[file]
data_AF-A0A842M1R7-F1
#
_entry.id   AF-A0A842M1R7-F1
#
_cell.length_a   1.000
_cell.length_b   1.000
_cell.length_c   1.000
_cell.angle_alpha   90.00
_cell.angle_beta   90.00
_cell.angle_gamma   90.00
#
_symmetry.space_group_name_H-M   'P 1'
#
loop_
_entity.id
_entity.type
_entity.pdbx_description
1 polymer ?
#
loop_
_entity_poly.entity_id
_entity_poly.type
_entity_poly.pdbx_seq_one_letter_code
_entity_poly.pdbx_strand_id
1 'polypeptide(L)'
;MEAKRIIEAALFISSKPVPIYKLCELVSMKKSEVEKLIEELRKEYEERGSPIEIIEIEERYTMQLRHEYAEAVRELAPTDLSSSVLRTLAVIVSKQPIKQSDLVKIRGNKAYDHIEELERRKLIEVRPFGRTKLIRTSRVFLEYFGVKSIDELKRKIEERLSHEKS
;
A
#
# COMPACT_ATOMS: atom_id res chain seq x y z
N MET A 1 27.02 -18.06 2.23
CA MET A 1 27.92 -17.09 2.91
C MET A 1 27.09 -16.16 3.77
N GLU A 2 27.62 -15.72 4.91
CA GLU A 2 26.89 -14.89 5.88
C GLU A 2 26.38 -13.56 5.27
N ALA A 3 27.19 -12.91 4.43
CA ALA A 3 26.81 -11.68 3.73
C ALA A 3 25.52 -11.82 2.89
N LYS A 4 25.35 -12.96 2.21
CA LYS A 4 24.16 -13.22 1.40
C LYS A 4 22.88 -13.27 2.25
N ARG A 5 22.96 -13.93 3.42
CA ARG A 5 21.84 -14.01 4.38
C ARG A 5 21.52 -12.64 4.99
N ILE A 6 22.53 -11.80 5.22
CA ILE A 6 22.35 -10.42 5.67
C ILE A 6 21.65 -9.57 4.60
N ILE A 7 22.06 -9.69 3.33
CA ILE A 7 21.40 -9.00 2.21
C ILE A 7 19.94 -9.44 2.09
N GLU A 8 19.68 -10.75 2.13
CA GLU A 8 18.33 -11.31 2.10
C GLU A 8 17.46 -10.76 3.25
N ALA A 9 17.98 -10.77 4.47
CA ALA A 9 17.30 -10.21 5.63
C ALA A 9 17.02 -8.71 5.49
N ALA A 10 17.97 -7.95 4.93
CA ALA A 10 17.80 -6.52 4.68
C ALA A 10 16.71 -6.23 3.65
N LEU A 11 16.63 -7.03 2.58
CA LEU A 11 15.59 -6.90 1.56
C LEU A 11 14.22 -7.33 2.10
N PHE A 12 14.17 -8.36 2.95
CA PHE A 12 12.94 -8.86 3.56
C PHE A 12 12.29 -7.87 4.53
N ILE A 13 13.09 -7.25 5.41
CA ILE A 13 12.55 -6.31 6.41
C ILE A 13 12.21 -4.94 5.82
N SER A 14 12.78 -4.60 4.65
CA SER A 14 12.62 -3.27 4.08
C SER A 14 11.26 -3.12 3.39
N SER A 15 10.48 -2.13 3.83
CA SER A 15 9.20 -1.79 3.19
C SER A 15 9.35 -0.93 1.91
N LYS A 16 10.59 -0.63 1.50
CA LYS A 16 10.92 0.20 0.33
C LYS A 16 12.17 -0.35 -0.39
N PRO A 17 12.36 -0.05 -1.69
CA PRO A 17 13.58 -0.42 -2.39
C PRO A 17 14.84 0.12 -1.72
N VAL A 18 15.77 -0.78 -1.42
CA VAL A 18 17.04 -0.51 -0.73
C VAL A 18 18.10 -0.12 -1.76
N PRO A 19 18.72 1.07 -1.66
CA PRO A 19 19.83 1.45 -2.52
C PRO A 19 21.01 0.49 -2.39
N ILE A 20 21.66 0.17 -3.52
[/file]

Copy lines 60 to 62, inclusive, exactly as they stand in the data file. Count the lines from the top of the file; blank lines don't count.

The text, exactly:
C ALA A 10 16.71 -6.23 3.65
N LEU A 11 16.63 -7.03 2.58
CA LEU A 11 15.59 -6.90 1.56